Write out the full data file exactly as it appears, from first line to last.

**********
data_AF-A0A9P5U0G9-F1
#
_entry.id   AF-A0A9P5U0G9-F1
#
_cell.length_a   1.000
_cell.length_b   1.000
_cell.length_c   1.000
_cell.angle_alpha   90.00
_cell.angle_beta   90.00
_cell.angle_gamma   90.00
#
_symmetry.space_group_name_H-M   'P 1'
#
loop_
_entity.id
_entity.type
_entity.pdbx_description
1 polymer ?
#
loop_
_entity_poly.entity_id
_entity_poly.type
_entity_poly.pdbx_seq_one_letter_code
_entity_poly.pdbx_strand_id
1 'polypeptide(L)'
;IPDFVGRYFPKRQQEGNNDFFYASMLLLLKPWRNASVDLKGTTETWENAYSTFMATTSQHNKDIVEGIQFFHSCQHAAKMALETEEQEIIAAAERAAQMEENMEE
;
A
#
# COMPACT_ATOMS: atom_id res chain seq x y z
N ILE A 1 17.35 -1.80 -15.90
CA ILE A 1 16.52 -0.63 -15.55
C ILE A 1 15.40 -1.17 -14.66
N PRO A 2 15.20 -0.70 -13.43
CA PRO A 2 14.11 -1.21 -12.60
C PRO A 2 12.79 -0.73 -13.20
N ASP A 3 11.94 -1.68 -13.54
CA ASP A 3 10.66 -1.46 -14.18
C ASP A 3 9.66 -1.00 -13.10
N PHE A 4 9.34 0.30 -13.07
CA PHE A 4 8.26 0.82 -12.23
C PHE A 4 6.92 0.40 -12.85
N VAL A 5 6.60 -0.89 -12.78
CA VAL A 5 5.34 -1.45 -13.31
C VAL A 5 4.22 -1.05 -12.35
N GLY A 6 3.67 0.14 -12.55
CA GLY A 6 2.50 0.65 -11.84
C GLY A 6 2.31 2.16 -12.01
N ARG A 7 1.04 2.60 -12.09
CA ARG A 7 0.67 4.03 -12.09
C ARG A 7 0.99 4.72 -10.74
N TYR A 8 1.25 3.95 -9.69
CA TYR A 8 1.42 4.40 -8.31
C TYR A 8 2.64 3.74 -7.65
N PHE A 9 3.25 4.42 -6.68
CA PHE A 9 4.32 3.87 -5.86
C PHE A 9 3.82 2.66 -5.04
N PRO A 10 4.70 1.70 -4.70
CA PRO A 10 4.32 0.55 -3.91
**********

data_AF-A0A9P5U0G9-F1
#
_entry.id   AF-A0A9P5U0G9-F1
#
_cell.length_a   1.000
_cell.length_b   1.000
_cell.length_c   1.000
_cell.angle_alpha   90.00
_cell.angle_beta   90.00
_cell.angle_gamma   90.00
#
_symmetry.space_group_name_H-M   'P 1'
#
loop_
_entity.id
_entity.type
_entity.pdbx_description
1 polymer ?
#
loop_
_entity_poly.entity_id
_entity_poly.type
_entity_poly.pdbx_seq_one_letter_code
_entity_poly.pdbx_strand_id
1 'polypeptide(L)'
;IPDFVGRYFPKRQQEGNNDFFYASMLLLLKPWRNASVDLKGTTETWENAYSTFMATTSQHNKDIVEGIQFFHSCQHAAKMALETEEQEIIAAAERAAQMEENMEE
;
A
#
# COMPACT_ATOMS: atom_id res chain seq x y z
N ILE A 1 17.35 -1.80 -15.90
CA ILE A 1 16.52 -0.63 -15.55
C ILE A 1 15.40 -1.17 -14.66
N PRO A 2 15.20 -0.70 -13.43
CA PRO A 2 14.11 -1.21 -12.60
C PRO A 2 12.79 -0.73 -13.20
N ASP A 3 11.94 -1.68 -13.54
CA ASP A 3 10.66 -1.46 -14.18
C ASP A 3 9.66 -1.00 -13.10
N PHE A 4 9.34 0.30 -13.07
CA PHE A 4 8.26 0.82 -12.23
C PHE A 4 6.92 0.40 -12.85
N VAL A 5 6.60 -0.89 -12.78
CA VAL A 5 5.34 -1.45 -13.31
C VAL A 5 4.22 -1.05 -12.35
N GLY A 6 3.67 0.14 -12.55
CA GLY A 6 2.50 0.65 -11.84
C GLY A 6 2.31 2.16 -12.01
N ARG A 7 1.04 2.60 -12.09
CA ARG A 7 0.67 4.03 -12.09
C ARG A 7 0.99 4.72 -10.74
N TYR A 8 1.25 3.95 -9.69
CA TYR A 8 1.42 4.40 -8.31
C TYR A 8 2.64 3.74 -7.65
N PHE A 9 3.25 4.42 -6.68
CA PHE A 9 4.32 3.87 -5.86
C PHE A 9 3.82 2.66 -5.04
N PRO A 10 4.70 1.70 -4.70
CA PRO A 10 4.32 0.55 -3.91